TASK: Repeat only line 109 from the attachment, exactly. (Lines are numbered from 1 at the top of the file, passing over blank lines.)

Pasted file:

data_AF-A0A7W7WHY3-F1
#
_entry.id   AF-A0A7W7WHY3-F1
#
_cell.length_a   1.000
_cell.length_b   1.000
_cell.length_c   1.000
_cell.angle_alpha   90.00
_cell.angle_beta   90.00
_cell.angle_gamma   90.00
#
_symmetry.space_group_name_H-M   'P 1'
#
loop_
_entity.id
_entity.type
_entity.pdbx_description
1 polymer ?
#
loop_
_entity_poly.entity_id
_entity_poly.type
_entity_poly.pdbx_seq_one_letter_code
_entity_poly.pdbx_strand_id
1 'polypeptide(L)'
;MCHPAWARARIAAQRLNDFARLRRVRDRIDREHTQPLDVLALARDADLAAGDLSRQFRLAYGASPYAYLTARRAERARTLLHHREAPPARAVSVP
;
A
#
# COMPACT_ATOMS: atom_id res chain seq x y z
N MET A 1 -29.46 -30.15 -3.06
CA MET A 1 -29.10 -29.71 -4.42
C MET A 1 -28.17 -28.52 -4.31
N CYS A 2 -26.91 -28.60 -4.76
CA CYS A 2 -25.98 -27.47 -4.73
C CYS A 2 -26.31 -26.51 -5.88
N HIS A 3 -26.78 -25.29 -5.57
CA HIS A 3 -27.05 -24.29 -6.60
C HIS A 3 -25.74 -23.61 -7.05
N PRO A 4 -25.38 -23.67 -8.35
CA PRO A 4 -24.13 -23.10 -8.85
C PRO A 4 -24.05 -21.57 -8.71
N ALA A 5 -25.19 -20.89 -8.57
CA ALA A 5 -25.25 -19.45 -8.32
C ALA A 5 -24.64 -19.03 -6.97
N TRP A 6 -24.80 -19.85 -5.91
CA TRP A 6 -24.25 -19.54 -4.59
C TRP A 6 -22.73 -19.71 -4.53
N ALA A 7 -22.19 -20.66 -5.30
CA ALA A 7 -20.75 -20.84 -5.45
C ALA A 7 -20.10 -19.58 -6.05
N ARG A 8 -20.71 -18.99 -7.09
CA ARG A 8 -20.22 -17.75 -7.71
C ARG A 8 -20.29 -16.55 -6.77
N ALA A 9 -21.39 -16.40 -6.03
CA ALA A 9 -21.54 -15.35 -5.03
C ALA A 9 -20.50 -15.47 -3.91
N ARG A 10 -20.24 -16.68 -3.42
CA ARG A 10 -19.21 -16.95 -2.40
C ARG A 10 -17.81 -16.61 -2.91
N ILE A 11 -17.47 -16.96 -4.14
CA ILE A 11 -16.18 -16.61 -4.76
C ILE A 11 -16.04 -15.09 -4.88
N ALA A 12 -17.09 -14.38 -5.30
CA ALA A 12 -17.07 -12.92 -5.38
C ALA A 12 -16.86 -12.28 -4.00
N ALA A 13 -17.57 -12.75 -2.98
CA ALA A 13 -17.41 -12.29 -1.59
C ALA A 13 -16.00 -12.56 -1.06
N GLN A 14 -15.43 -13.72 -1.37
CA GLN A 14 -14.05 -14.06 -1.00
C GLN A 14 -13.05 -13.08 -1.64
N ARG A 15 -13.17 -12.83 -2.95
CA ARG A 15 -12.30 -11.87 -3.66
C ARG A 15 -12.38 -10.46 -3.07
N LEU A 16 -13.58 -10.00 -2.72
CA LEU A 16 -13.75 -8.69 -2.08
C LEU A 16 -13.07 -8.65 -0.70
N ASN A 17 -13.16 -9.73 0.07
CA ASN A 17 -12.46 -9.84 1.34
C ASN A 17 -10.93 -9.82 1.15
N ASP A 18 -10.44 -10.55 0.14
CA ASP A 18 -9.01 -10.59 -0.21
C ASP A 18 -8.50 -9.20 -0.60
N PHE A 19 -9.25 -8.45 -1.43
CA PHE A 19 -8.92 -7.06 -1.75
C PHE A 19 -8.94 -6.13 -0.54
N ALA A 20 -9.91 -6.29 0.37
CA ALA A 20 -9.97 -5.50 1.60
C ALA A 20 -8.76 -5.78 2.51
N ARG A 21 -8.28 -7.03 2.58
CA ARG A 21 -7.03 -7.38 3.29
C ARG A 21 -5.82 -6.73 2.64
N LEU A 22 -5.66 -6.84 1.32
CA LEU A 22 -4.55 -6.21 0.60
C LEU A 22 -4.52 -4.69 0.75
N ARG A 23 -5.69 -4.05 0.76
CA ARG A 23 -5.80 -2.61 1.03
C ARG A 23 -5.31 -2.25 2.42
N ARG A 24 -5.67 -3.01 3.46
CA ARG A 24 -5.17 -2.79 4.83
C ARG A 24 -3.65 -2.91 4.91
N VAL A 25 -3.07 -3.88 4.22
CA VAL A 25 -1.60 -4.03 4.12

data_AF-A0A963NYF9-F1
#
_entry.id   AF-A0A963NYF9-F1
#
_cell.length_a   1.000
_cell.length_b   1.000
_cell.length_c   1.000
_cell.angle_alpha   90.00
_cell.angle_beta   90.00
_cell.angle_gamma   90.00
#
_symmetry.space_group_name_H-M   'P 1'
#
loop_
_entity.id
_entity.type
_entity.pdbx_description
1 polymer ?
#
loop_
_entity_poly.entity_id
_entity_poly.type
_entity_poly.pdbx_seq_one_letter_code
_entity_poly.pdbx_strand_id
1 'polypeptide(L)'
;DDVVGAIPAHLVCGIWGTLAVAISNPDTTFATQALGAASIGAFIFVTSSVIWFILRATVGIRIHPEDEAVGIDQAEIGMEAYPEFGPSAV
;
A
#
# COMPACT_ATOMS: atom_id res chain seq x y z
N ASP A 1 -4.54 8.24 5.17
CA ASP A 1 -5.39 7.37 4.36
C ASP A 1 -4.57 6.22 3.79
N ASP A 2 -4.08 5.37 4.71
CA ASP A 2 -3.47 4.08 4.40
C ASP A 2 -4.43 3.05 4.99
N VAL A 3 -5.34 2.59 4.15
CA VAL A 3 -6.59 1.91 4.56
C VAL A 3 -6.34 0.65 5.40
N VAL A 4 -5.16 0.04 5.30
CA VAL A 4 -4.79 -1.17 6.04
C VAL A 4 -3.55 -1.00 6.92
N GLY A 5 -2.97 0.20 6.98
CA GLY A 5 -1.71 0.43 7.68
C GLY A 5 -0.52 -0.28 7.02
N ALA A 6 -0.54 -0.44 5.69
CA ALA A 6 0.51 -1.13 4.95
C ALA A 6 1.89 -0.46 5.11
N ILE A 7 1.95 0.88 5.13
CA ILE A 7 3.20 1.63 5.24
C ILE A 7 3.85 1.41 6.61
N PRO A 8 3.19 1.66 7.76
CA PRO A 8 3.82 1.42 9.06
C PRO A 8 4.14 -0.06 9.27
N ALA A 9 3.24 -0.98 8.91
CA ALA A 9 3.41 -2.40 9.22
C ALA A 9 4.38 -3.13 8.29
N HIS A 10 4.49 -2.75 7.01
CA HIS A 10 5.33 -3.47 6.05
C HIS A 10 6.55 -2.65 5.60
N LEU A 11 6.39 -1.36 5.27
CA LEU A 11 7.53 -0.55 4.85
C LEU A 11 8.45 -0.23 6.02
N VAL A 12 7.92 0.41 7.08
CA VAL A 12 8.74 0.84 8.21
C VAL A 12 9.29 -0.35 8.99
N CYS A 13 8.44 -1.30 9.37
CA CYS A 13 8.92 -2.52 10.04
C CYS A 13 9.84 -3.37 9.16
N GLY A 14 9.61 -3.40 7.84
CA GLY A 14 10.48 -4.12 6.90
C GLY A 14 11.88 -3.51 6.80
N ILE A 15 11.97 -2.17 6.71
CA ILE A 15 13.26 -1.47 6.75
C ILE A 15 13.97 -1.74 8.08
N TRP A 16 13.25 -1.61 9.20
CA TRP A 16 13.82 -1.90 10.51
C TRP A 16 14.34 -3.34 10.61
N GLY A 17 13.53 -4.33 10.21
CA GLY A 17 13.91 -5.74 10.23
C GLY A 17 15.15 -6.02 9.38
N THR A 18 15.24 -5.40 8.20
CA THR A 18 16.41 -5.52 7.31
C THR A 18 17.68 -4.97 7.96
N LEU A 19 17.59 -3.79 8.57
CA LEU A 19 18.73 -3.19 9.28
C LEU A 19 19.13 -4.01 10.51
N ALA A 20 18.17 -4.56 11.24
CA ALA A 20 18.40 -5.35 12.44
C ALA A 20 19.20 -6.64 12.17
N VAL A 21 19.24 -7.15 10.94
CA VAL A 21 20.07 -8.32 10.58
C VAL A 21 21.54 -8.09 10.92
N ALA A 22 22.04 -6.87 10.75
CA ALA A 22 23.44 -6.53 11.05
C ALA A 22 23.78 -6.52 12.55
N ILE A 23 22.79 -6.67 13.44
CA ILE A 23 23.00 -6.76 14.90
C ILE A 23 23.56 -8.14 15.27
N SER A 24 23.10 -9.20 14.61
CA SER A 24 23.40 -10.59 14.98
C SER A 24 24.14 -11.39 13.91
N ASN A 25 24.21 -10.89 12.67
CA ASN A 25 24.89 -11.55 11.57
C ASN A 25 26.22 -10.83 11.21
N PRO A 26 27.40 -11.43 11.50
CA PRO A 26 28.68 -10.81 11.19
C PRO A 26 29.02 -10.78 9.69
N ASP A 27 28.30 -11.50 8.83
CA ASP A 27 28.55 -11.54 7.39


_cell.length_a   1.000